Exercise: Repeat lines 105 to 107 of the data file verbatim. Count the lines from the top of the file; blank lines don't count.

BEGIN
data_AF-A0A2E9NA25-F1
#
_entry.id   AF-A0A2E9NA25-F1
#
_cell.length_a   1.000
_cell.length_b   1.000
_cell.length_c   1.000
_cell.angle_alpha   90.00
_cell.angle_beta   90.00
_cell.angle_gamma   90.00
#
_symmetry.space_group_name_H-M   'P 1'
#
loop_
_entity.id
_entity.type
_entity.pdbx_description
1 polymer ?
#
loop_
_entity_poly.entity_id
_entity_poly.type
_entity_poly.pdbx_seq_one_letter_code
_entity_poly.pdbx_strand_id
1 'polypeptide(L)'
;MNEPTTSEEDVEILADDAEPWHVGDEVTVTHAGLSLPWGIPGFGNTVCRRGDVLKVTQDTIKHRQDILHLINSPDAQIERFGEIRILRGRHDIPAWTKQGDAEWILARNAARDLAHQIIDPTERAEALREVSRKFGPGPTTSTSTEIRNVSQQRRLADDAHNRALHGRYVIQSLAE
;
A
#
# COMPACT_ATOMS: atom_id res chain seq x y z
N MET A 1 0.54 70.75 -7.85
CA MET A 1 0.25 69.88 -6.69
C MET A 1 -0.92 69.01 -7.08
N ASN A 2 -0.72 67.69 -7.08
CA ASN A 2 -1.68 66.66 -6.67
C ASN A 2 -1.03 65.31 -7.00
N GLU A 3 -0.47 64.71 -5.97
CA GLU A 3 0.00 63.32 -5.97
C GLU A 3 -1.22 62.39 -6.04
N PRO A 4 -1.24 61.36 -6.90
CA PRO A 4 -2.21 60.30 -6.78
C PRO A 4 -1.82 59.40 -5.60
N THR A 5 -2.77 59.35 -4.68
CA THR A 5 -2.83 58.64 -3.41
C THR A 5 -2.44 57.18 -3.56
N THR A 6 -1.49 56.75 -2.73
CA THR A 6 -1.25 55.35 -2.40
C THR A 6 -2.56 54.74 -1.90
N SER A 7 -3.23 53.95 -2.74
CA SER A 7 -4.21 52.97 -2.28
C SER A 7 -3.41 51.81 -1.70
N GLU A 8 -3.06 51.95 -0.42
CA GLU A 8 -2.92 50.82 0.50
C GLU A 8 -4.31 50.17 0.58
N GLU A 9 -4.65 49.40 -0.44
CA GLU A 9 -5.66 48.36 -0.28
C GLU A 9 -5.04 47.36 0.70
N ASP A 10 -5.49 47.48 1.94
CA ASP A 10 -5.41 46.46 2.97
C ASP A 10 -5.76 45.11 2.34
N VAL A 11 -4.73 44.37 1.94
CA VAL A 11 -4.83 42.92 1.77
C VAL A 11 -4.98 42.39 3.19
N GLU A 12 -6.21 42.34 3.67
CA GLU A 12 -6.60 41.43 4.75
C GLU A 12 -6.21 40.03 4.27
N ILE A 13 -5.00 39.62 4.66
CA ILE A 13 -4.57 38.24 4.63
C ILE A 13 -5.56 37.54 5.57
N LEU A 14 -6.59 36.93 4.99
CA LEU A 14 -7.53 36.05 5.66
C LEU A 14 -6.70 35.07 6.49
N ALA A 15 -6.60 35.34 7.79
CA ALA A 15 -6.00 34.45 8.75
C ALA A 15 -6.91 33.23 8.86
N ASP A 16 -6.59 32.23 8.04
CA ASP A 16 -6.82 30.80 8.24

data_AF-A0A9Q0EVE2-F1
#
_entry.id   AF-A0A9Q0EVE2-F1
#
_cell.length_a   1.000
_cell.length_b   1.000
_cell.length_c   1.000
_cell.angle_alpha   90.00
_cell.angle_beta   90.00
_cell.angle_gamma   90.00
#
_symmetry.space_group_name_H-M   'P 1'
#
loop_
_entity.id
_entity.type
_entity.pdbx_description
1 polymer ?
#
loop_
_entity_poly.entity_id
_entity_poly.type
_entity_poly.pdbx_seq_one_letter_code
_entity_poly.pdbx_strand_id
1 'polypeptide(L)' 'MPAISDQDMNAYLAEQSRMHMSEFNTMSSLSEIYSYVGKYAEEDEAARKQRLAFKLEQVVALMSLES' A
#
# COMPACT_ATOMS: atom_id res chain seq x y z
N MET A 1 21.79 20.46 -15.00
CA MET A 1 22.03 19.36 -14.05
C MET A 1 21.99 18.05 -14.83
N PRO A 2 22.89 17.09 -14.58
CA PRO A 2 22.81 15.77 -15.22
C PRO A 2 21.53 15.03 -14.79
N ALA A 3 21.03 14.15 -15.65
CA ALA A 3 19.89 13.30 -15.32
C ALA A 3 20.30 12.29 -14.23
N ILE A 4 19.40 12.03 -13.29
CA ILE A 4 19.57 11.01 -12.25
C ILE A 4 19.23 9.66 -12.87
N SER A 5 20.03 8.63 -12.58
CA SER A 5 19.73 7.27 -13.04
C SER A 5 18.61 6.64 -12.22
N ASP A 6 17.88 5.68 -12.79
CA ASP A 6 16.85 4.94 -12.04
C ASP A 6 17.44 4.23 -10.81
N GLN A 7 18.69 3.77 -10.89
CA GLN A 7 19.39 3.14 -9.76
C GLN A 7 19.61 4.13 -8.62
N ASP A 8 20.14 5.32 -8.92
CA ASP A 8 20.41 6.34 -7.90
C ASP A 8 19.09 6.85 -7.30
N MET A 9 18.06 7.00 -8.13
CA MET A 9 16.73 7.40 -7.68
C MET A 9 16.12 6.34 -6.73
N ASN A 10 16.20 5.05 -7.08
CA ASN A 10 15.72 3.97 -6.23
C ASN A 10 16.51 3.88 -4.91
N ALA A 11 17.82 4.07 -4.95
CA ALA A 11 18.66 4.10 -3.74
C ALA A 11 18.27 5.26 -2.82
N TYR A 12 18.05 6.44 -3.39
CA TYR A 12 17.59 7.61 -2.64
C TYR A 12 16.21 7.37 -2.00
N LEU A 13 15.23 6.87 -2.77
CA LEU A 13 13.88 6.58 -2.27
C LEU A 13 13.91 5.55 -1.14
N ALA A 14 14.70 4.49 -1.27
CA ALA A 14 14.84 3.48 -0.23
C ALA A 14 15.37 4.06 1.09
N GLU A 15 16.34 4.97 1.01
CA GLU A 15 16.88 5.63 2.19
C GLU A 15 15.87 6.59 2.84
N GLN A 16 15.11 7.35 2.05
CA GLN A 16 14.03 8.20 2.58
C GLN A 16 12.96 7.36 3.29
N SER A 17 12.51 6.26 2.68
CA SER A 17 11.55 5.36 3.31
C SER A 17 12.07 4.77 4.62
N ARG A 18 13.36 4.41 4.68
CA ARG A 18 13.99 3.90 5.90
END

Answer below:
N MET A 1 21.79 20.46 -15.00
CA MET A 1 22.03 19.36 -14.05
C MET A 1 21.99 18.05 -14.83